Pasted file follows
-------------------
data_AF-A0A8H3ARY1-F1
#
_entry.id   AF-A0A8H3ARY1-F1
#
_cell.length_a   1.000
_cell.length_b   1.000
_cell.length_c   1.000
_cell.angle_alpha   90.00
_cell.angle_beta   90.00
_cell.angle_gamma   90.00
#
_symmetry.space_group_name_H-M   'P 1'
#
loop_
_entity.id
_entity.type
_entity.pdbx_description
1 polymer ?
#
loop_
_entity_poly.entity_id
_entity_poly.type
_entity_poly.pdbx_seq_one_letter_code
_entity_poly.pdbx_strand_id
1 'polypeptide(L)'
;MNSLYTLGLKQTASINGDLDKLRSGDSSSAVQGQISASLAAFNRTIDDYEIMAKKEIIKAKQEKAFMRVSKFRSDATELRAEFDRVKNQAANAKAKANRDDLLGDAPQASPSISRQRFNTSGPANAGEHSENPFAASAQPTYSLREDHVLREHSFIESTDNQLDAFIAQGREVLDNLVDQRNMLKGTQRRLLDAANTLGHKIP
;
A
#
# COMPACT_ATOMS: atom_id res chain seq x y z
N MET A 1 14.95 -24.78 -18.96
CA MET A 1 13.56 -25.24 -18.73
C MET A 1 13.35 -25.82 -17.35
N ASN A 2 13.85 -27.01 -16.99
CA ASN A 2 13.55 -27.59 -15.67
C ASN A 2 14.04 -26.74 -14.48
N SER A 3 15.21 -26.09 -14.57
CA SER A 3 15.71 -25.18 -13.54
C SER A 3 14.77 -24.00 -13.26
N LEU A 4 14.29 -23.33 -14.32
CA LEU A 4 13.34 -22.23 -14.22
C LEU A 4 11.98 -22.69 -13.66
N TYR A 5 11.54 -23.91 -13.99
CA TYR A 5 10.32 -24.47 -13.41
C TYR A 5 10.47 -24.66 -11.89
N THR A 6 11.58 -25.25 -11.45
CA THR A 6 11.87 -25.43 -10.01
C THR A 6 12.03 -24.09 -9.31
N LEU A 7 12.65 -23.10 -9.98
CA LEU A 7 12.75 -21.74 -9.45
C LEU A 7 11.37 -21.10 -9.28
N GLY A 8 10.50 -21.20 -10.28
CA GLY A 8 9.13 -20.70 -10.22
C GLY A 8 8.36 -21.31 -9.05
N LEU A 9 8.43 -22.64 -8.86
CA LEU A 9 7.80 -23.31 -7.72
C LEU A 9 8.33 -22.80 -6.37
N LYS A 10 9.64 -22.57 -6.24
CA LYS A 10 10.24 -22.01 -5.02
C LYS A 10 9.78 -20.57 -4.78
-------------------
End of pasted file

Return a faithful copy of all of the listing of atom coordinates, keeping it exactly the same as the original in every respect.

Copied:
data_AF-A0A8H3ARY1-F1
#
_entry.id   AF-A0A8H3ARY1-F1
#
_cell.length_a   1.000
_cell.length_b   1.000
_cell.length_c   1.000
_cell.angle_alpha   90.00
_cell.angle_beta   90.00
_cell.angle_gamma   90.00
#
_symmetry.space_group_name_H-M   'P 1'
#
loop_
_entity.id
_entity.type
_entity.pdbx_description
1 polymer ?
#
loop_
_entity_poly.entity_id
_entity_poly.type
_entity_poly.pdbx_seq_one_letter_code
_entity_poly.pdbx_strand_id
1 'polypeptide(L)'
;MNSLYTLGLKQTASINGDLDKLRSGDSSSAVQGQISASLAAFNRTIDDYEIMAKKEIIKAKQEKAFMRVSKFRSDATELRAEFDRVKNQAANAKAKANRDDLLGDAPQASPSISRQRFNTSGPANAGEHSENPFAASAQPTYSLREDHVLREHSFIESTDNQLDAFIAQGREVLDNLVDQRNMLKGTQRRLLDAANTLGHKIP
;
A
#
# COMPACT_ATOMS: atom_id res chain seq x y z
N MET A 1 14.95 -24.78 -18.96
CA MET A 1 13.56 -25.24 -18.73
C MET A 1 13.35 -25.82 -17.35
N ASN A 2 13.85 -27.01 -16.99
CA ASN A 2 13.55 -27.59 -15.67
C ASN A 2 14.04 -26.74 -14.48
N SER A 3 15.21 -26.09 -14.57
CA SER A 3 15.71 -25.18 -13.54
C SER A 3 14.77 -24.00 -13.26
N LEU A 4 14.29 -23.33 -14.32
CA LEU A 4 13.34 -22.23 -14.22
C LEU A 4 11.98 -22.69 -13.66
N TYR A 5 11.54 -23.91 -13.99
CA TYR A 5 10.32 -24.47 -13.41
C TYR A 5 10.47 -24.66 -11.89
N THR A 6 11.58 -25.25 -11.45
CA THR A 6 11.87 -25.43 -10.01
C THR A 6 12.03 -24.09 -9.31
N LEU A 7 12.65 -23.10 -9.98
CA LEU A 7 12.75 -21.74 -9.45
C LEU A 7 11.37 -21.10 -9.28
N GLY A 8 10.50 -21.20 -10.28
CA GLY A 8 9.13 -20.70 -10.22
C GLY A 8 8.36 -21.31 -9.05
N LEU A 9 8.43 -22.64 -8.86
CA LEU A 9 7.80 -23.31 -7.72
C LEU A 9 8.33 -22.80 -6.37
N LYS A 10 9.64 -22.57 -6.24
CA LYS A 10 10.24 -22.01 -5.02
C LYS A 10 9.78 -20.57 -4.78